American Family Children's Hospital
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Anticoagulation Services Patient Education

Our Anticoagulation Clinic gives patients a consistent method for assessment, monitoring and education for patients on anticoagulation medications.The University of Wisconsin Anticoagulation Program is based in Madison, Wisconsin, but we work with UW Health clinics all across the state to promote safe and quality care for our patients who take anticoagulants. 

 

The resources below are designed for patients or caregivers of patients who have either recently started taking an anticoagulant or who have been using therapy for years. Here you will find educational materials on anticoagulant medicines, like warfarin. 

 

If you have any questions about what you have read on our site please feel free to contact your primary care provider or clinic who is managing your anticoagulant (warfarin, dabigatran, rivaroxaban, apixaban, edoxaban) therapy. 

 

Anticoagulation Clinic

The UW Health Anticoagulation Clinic offers management services for patients on warfarin, dabigatran, rivaroxaban and apixaban from pharmacists specializing in anticoagulants.

 

Anticoagulation Clinic Services

 

Our Anticoagulation Clinic gives patients a consistent method for assessment, monitoring and education for patients on anticoagulation medications. As a patient, you can expect:

  • To meet with a pharmacist each time you need your (international normalized ratio) INR checked
  • The opportunity to speak with the pharmacist about any concerns you may be having with your warfarin
  • The chance to review dietary, physical and social changes that may affect your warfarin
  • To have your blood tested with a simple point-of-care method or fingerstick method to get your INR within minutes
  • Instructions on what dose of warfarin you should take and when you need to have your INR checked again

Eligible Patients

 

To be seen at the Anticoagulation Clinic, patients must:

  • Have a UW Health primary care provider
  • Be willing to schedule clinic visits with pharmacists for face-to-face management

The Anticoagulation Clinic is not able to accept patients with Dean, GHC or PPIC insurance or new referrals for patients residing in skilled nursing facilities.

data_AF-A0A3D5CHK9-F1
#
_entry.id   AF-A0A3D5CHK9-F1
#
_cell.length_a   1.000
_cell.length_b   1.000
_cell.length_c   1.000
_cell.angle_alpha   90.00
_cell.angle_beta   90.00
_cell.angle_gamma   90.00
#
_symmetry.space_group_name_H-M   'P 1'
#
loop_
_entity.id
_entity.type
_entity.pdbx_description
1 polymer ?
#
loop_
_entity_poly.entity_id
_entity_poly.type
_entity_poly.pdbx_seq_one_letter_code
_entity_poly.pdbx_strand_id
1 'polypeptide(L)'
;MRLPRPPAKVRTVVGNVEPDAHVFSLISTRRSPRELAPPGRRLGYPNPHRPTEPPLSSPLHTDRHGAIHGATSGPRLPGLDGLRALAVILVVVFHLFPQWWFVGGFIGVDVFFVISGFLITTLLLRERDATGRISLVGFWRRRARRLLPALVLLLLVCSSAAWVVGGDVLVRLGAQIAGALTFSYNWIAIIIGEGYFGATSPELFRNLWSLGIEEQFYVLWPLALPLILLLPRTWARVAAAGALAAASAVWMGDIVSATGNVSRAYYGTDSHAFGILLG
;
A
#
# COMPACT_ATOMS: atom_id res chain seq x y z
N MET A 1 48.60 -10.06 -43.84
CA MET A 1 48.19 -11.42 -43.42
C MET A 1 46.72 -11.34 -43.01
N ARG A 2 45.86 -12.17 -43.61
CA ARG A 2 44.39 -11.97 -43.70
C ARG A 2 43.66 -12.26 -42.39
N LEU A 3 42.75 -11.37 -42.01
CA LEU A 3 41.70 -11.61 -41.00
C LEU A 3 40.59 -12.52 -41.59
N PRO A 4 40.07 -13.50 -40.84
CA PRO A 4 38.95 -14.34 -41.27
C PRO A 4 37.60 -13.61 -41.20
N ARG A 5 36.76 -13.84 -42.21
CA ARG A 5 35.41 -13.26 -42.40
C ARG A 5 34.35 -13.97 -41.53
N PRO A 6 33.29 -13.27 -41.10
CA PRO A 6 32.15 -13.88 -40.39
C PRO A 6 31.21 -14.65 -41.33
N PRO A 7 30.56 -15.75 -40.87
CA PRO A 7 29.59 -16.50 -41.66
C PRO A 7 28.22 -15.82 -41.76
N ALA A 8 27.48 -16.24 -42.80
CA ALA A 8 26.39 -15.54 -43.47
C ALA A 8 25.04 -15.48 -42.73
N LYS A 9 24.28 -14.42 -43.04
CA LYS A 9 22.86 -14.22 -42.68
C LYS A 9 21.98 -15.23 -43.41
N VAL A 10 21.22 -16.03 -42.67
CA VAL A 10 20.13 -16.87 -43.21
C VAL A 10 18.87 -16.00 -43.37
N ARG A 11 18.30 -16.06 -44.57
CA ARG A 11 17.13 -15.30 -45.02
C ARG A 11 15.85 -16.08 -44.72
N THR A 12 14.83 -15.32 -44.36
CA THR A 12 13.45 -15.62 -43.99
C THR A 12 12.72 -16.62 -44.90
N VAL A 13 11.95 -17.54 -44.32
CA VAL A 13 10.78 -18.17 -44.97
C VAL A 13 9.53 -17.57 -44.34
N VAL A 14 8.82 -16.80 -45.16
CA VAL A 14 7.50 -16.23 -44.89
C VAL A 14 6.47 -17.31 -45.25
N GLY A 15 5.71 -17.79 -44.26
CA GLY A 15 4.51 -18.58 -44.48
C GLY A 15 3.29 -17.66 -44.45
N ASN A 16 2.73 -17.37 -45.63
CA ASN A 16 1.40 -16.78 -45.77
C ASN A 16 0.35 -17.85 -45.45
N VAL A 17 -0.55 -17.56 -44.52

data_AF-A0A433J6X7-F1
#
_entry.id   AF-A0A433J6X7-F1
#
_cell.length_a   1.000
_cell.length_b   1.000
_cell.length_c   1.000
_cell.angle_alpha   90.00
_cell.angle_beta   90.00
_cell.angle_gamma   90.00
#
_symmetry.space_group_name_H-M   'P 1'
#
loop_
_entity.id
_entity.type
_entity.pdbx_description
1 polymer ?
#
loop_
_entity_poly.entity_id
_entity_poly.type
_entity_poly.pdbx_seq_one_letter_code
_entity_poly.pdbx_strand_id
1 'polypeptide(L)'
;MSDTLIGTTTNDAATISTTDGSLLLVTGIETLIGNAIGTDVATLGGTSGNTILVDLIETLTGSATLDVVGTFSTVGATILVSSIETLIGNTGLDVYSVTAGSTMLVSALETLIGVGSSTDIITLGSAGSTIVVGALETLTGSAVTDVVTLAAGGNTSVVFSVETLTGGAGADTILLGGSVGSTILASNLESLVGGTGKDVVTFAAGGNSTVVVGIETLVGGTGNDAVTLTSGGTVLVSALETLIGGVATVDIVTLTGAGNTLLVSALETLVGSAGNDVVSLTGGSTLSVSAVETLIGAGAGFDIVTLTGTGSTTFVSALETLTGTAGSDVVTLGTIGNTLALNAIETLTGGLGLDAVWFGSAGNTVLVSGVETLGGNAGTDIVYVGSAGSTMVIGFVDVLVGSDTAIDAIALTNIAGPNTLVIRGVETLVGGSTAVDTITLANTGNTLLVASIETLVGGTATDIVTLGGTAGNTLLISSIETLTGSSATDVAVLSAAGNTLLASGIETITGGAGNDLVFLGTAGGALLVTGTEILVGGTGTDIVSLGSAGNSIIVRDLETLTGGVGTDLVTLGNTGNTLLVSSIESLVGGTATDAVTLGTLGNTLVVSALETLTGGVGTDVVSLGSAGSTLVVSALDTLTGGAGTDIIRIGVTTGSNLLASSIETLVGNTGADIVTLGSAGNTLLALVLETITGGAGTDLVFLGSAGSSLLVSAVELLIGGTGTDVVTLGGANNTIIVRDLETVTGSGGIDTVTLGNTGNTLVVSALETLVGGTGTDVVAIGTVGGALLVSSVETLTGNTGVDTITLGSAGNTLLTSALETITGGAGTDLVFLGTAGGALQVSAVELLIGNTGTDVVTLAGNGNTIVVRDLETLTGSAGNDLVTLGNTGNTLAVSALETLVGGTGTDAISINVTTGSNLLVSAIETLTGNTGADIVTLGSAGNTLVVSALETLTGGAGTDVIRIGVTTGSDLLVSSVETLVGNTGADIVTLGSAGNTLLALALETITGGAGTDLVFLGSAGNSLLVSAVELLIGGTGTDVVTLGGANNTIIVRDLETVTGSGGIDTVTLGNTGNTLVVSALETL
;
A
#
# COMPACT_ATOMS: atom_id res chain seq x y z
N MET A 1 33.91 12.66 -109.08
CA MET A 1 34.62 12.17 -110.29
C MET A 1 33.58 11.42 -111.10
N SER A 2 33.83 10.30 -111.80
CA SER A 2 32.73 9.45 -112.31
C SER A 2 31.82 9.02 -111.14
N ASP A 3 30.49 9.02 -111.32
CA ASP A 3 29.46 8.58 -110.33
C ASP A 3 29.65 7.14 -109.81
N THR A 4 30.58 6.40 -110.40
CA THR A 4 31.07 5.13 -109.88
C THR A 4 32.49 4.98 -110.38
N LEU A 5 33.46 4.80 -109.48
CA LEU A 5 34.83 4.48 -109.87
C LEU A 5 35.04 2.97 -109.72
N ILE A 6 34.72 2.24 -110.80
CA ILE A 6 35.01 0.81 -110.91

Referral Forms

Preventing Blood Clots

Each year two million people are affected by DVT or deep vein thrombosis, a blood clot that forms in a vein, and of those, 600,000 are hospitalized and 300,000 die.

 

Risk for Blood Clots

 

You may be at risk if:

  • You travel often, especially on long flights or car/bus rides
  • You take birth control pills
  • You are pregnant or have just had a baby
  • You are in the hospital for surgery or are confined to bed for greater than 2 days
  • You have had a stroke
  • You are receiving treatment for cancer
  • You broke your leg, hip or other bone
  • You had a blood clot in the past
  • You have a history of a clotting disorder
  • You have a primary family member (mother, father, sister, brother) who has had a blood clot

Signs of Blood Clots

 

People who may have a blood clot in a vein might feel or see:

  • Leg cramping or skin that is tender to a light touch
  • Swelling
  • Warm skin
  • Redness of the skin
  • Pain near the vein
  • A vein that looks blue

People who may have a blood clot in the lungs may:

  • Have a hard time breathing
  • Feel chest pains
  • Feel lightheaded
  • Feel their heart beating hard or fast
  • Cough up blood 

If you believe you may be experiencing signs or symptoms of a blood clot, talk to your doctor immediately or go to the nearest emergency department immediately.

 

Preventing Blood Clots

 

You can prevent blood clots by:

  • Getting up and walking around once per hour, flexing your feet or squeezing your toes for 15 seconds every hour, and wearing compression stockings during long flights or car rides.
  • Taking blood thinners prescribed by your doctor
  • Using an injectable blood thinner or compression stockings while you’re in the hospital.
  • Staying as active as possible
  • Stopping smoking

For Patients Taking Warfarin (Coumadin®, Jantoven®):